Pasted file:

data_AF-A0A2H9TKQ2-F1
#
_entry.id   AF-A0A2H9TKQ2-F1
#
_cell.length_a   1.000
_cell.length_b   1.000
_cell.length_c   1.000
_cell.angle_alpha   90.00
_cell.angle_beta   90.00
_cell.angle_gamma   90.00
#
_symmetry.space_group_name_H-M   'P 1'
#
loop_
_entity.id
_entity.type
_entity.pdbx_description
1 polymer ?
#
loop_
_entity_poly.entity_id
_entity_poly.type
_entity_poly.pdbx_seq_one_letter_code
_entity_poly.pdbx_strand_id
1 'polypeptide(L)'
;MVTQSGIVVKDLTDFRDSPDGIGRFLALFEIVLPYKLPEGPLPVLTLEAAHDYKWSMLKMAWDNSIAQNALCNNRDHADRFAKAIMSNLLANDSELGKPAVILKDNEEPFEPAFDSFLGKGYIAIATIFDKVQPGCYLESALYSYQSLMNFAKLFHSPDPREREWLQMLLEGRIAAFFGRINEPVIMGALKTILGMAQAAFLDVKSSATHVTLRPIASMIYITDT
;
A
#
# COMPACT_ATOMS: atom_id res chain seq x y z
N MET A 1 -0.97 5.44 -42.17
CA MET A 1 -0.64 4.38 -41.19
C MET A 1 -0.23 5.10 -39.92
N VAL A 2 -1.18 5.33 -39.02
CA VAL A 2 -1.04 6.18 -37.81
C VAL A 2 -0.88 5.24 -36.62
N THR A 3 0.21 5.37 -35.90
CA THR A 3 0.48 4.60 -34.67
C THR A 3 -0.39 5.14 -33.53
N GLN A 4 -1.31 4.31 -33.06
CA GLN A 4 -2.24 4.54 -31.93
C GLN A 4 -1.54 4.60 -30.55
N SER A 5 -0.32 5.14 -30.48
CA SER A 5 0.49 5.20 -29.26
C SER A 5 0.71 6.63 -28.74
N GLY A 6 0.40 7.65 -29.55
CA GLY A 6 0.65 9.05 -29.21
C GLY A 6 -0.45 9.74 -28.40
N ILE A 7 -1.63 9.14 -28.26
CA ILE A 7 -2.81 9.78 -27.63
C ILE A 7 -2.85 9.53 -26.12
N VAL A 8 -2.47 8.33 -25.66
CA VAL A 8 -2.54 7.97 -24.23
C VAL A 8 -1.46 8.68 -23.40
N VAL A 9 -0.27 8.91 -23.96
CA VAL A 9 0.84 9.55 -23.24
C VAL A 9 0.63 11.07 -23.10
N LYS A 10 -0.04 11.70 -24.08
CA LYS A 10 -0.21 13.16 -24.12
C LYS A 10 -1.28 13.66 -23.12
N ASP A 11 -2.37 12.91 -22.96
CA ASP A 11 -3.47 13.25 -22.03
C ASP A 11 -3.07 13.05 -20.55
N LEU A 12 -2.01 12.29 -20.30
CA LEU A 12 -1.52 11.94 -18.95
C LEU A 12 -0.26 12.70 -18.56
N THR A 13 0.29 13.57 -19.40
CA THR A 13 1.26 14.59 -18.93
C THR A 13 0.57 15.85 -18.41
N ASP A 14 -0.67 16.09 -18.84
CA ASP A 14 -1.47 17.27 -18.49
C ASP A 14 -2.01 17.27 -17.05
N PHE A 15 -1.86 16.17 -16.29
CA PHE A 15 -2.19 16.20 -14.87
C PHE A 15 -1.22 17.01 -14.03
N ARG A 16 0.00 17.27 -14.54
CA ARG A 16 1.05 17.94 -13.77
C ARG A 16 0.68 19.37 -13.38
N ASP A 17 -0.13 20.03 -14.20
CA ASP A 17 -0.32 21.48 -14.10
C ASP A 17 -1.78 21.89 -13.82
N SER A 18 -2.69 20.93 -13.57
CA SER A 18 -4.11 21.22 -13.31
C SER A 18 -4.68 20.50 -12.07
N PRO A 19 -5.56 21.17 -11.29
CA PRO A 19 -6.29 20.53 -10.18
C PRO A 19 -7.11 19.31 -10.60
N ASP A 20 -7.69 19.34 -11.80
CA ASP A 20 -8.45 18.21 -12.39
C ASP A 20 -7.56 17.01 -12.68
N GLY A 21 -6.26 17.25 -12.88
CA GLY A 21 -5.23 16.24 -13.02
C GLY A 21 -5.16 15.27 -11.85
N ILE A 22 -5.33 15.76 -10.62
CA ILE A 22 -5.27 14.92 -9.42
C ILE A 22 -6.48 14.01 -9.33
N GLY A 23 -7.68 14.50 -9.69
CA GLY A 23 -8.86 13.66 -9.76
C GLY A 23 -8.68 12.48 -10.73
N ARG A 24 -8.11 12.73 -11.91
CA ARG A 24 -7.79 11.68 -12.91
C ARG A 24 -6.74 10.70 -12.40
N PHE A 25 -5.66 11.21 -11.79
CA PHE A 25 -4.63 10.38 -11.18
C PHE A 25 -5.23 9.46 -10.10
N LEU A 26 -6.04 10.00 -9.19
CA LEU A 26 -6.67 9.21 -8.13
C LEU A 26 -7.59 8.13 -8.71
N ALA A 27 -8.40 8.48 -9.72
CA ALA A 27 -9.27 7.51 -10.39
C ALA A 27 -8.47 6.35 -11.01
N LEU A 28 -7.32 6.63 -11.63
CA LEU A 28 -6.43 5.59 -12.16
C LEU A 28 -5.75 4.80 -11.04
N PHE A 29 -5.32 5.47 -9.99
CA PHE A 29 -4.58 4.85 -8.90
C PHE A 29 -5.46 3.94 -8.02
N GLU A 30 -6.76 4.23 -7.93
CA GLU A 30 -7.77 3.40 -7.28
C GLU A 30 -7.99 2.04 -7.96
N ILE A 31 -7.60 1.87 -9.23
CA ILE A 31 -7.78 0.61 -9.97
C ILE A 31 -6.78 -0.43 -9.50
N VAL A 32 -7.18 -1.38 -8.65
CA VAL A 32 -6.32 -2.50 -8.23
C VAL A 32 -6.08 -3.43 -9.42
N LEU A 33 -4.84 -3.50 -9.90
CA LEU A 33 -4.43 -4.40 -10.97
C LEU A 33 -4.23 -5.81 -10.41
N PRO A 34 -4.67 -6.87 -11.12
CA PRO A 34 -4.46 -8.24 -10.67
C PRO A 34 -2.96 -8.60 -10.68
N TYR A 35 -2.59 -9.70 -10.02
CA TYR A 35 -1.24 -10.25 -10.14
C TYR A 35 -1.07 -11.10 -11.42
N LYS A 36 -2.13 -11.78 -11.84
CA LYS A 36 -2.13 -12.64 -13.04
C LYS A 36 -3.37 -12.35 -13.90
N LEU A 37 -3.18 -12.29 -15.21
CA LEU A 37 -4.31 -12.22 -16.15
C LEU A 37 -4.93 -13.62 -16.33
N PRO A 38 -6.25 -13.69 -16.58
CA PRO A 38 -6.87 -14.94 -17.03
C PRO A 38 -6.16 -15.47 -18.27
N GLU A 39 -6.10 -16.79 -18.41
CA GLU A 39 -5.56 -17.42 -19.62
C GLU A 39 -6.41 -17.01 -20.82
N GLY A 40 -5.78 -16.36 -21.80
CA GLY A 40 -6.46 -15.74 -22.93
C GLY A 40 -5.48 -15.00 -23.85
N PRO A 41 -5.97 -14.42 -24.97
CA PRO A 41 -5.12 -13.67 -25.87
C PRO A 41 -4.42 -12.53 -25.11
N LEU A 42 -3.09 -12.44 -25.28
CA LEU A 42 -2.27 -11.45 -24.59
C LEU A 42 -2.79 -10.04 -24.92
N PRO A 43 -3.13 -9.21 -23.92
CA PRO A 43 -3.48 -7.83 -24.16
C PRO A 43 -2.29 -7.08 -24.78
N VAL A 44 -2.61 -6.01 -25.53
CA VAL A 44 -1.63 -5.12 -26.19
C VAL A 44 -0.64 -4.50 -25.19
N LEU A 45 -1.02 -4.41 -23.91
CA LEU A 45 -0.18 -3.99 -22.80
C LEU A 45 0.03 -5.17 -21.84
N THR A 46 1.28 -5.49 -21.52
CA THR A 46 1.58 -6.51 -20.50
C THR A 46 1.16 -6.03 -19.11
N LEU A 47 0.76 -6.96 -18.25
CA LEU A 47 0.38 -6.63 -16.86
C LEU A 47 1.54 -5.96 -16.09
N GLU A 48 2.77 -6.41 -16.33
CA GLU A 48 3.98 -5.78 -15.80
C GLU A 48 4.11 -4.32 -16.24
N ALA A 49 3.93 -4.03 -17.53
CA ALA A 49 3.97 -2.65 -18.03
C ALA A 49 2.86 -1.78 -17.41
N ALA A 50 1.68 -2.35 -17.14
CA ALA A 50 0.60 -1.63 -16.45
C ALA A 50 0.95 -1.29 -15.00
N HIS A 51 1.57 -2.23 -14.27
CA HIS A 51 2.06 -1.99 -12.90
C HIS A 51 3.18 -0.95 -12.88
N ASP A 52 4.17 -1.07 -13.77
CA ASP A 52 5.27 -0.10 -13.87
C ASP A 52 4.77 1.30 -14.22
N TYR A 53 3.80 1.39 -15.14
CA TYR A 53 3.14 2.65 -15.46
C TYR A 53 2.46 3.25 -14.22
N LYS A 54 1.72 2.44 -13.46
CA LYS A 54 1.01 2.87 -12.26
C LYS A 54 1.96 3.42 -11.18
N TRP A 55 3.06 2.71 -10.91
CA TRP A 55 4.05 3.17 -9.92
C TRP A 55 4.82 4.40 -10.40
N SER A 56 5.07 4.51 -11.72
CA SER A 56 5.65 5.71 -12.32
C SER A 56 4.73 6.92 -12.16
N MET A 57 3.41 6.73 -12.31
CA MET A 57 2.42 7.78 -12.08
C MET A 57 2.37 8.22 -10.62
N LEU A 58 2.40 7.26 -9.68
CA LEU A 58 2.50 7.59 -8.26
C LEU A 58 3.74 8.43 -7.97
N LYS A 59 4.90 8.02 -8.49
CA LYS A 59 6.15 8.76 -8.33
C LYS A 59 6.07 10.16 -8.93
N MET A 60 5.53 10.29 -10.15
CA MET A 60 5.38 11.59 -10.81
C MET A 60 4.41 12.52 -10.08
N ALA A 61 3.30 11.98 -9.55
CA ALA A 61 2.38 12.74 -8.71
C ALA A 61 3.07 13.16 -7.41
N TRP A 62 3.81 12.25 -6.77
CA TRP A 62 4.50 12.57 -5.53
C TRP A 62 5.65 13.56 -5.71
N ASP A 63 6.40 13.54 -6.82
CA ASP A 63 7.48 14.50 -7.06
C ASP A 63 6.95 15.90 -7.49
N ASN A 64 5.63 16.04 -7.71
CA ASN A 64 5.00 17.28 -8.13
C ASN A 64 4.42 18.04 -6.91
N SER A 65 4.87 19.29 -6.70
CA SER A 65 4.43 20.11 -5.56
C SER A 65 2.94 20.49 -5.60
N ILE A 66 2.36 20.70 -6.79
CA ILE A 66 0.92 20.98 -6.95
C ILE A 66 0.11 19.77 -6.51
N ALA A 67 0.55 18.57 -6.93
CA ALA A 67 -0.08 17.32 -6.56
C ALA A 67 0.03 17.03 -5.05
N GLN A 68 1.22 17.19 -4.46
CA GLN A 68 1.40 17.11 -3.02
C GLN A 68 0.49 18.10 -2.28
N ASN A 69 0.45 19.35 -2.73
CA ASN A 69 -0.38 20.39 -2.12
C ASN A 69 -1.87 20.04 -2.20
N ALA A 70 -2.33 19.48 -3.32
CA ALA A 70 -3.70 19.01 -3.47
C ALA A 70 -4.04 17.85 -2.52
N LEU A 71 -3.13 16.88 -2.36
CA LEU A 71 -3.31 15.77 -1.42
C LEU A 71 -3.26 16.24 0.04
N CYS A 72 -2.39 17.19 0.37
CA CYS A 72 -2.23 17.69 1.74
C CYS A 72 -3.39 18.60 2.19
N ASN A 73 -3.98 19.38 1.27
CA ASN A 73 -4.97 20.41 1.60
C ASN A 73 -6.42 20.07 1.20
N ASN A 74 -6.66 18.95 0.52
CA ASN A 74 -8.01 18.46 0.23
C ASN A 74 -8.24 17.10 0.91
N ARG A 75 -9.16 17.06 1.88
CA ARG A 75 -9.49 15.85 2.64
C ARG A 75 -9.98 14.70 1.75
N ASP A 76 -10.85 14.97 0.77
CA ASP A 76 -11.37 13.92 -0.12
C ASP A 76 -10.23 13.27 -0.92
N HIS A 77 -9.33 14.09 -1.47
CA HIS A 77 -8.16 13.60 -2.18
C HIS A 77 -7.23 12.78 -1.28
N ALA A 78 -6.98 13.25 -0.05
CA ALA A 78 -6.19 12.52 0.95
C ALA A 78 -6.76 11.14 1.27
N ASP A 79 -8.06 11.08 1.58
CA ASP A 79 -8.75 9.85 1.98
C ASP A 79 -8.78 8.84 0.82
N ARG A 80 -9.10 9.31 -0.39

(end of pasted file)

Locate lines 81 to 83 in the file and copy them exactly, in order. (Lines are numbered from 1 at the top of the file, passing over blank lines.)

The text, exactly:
C ASP A 17 -1.78 21.89 -13.82
N SER A 18 -2.69 20.93 -13.57
CA SER A 18 -4.11 21.22 -13.31